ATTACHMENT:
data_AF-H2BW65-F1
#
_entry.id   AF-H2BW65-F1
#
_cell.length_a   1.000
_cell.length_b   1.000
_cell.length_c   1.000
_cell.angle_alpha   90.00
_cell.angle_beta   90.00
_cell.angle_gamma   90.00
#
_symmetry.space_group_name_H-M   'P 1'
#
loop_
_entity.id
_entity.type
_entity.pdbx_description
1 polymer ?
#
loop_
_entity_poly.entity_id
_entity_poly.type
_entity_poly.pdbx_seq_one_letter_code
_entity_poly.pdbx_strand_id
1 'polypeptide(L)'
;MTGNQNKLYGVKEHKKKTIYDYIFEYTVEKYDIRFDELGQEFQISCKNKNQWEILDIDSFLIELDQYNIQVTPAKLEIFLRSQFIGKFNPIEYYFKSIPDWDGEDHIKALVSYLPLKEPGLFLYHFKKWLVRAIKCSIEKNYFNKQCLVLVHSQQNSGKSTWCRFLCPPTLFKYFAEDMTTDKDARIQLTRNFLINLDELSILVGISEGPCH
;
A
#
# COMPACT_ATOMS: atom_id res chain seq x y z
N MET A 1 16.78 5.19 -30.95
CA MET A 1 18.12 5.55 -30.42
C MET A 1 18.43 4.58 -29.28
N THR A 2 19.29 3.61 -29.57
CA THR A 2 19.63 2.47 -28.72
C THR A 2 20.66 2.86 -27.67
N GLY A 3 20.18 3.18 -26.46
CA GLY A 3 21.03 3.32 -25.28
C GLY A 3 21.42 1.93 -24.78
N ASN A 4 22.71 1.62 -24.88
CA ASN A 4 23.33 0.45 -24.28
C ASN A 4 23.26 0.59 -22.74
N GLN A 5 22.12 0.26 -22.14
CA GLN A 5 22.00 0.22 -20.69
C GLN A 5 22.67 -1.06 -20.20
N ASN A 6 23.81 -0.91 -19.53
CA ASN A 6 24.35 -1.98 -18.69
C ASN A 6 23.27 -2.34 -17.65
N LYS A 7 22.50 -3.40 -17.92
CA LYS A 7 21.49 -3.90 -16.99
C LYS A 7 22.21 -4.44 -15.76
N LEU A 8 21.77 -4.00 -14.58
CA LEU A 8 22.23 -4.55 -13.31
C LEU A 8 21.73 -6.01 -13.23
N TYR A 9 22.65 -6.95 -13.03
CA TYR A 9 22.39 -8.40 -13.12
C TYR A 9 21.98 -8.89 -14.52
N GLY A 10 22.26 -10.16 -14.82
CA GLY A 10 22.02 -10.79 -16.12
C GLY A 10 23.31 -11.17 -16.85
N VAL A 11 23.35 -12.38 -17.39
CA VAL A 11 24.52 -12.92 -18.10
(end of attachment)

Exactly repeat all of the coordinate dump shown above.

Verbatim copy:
data_AF-H2BW65-F1
#
_entry.id   AF-H2BW65-F1
#
_cell.length_a   1.000
_cell.length_b   1.000
_cell.length_c   1.000
_cell.angle_alpha   90.00
_cell.angle_beta   90.00
_cell.angle_gamma   90.00
#
_symmetry.space_group_name_H-M   'P 1'
#
loop_
_entity.id
_entity.type
_entity.pdbx_description
1 polymer ?
#
loop_
_entity_poly.entity_id
_entity_poly.type
_entity_poly.pdbx_seq_one_letter_code
_entity_poly.pdbx_strand_id
1 'polypeptide(L)'
;MTGNQNKLYGVKEHKKKTIYDYIFEYTVEKYDIRFDELGQEFQISCKNKNQWEILDIDSFLIELDQYNIQVTPAKLEIFLRSQFIGKFNPIEYYFKSIPDWDGEDHIKALVSYLPLKEPGLFLYHFKKWLVRAIKCSIEKNYFNKQCLVLVHSQQNSGKSTWCRFLCPPTLFKYFAEDMTTDKDARIQLTRNFLINLDELSILVGISEGPCH
;
A
#
# COMPACT_ATOMS: atom_id res chain seq x y z
N MET A 1 16.78 5.19 -30.95
CA MET A 1 18.12 5.55 -30.42
C MET A 1 18.43 4.58 -29.28
N THR A 2 19.29 3.61 -29.57
CA THR A 2 19.63 2.47 -28.72
C THR A 2 20.66 2.86 -27.67
N GLY A 3 20.18 3.18 -26.46
CA GLY A 3 21.03 3.32 -25.28
C GLY A 3 21.42 1.93 -24.78
N ASN A 4 22.71 1.62 -24.88
CA ASN A 4 23.33 0.45 -24.28
C ASN A 4 23.26 0.59 -22.74
N GLN A 5 22.12 0.26 -22.14
CA GLN A 5 22.00 0.22 -20.69
C GLN A 5 22.67 -1.06 -20.20
N ASN A 6 23.81 -0.91 -19.53
CA ASN A 6 24.35 -1.98 -18.69
C ASN A 6 23.27 -2.34 -17.65
N LYS A 7 22.50 -3.40 -17.92
CA LYS A 7 21.49 -3.90 -16.99
C LYS A 7 22.21 -4.44 -15.76
N LEU A 8 21.77 -4.00 -14.58
CA LEU A 8 22.23 -4.55 -13.31
C LEU A 8 21.73 -6.01 -13.23
N TYR A 9 22.65 -6.95 -13.03
CA TYR A 9 22.39 -8.40 -13.12
C TYR A 9 21.98 -8.89 -14.52
N GLY A 10 22.26 -10.16 -14.82
CA GLY A 10 22.02 -10.79 -16.12
C GLY A 10 23.31 -11.17 -16.85
N VAL A 11 23.35 -12.38 -17.39
CA VAL A 11 24.52 -12.92 -18.10